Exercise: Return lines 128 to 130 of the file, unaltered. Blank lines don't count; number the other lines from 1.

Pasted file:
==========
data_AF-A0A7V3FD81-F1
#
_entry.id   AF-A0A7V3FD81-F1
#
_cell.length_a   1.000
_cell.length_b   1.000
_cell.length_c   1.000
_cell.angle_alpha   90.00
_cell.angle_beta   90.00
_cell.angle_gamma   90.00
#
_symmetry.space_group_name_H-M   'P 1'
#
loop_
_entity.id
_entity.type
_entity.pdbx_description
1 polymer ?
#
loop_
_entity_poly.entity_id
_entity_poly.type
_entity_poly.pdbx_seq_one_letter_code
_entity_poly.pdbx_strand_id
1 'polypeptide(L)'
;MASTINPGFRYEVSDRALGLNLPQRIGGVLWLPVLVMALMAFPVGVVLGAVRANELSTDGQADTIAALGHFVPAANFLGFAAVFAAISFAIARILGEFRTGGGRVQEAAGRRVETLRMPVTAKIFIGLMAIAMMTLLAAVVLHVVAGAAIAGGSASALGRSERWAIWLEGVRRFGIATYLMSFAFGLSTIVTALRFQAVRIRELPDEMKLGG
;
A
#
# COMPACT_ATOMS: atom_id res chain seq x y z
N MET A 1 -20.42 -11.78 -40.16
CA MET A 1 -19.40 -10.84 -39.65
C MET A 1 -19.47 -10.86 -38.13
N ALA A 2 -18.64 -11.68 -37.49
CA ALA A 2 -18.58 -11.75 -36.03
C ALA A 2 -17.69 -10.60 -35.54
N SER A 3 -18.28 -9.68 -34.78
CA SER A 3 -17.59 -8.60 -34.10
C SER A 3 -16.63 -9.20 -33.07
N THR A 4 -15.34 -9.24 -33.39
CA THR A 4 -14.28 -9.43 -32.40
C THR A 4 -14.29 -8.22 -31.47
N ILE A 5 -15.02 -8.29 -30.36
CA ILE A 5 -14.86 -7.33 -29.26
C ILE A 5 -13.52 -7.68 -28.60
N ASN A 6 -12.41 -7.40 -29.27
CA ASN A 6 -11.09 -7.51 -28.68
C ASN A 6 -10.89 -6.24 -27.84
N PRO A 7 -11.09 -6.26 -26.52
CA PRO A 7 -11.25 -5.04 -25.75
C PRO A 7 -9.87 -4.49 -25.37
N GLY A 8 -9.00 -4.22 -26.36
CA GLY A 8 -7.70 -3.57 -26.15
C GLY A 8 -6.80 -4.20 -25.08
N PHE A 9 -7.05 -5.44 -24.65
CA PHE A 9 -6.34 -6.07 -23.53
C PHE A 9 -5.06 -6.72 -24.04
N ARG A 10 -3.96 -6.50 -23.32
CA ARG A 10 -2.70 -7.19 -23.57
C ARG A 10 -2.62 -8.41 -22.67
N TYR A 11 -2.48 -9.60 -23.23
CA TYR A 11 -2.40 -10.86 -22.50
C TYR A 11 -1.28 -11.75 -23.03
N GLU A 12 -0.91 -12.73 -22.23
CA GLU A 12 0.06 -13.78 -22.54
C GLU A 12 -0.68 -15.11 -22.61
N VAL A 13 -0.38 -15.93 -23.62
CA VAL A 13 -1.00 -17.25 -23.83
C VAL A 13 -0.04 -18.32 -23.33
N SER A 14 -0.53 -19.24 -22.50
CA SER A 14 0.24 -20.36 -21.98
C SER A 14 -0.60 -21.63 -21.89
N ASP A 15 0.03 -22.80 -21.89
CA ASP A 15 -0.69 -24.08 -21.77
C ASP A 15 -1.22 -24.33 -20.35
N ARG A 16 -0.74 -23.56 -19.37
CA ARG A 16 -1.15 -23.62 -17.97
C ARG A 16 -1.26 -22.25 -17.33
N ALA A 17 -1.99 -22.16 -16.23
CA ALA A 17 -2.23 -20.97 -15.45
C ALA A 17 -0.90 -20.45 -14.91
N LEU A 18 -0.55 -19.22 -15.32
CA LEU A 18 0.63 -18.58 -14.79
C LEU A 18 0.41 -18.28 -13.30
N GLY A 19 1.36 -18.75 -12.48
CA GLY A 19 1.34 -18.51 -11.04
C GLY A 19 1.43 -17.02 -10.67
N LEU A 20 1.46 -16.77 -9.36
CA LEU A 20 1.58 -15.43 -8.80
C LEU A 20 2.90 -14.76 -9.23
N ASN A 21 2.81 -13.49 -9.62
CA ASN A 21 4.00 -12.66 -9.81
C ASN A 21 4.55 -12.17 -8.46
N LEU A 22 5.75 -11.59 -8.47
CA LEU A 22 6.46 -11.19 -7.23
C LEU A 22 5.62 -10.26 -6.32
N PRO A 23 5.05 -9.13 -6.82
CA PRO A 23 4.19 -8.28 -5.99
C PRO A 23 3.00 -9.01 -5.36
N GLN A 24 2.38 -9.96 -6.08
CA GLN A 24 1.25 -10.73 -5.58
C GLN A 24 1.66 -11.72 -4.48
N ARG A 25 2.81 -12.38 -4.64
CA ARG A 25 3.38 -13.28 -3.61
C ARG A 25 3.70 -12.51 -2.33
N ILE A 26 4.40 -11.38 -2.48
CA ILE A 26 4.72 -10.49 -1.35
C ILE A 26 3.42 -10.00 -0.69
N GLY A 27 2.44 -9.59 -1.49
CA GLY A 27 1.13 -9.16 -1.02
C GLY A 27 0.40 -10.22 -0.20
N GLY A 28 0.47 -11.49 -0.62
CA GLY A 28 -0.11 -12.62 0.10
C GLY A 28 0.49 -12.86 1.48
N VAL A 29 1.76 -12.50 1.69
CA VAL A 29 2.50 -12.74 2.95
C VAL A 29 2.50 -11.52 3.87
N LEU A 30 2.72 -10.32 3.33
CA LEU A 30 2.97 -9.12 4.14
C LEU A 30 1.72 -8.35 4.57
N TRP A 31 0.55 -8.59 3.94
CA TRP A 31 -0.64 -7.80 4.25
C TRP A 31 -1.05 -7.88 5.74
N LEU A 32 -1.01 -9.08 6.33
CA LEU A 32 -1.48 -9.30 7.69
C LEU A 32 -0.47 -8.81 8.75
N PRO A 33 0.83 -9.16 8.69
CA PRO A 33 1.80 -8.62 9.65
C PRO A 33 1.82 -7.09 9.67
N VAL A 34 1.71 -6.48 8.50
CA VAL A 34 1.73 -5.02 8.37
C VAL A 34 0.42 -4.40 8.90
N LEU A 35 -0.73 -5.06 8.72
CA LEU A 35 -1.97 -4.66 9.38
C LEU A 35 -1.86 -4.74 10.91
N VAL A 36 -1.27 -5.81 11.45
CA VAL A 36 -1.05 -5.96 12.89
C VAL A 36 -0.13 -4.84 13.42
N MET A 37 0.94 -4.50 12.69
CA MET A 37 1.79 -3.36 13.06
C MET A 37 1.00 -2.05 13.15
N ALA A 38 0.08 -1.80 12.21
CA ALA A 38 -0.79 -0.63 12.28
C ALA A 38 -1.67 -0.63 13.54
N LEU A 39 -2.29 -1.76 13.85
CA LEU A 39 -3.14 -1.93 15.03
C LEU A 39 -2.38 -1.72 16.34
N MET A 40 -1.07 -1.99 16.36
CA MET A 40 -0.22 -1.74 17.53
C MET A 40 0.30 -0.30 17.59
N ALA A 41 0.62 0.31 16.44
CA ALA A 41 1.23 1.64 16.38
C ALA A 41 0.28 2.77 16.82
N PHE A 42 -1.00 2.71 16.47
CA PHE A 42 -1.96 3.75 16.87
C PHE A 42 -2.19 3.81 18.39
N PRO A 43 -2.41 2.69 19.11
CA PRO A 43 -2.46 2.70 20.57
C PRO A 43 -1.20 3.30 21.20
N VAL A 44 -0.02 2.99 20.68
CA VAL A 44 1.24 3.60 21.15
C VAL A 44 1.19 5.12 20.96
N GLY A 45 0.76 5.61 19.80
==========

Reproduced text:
CA PRO A 33 1.80 -8.62 9.65
C PRO A 33 1.82 -7.09 9.67
N VAL A 34 1.71 -6.48 8.50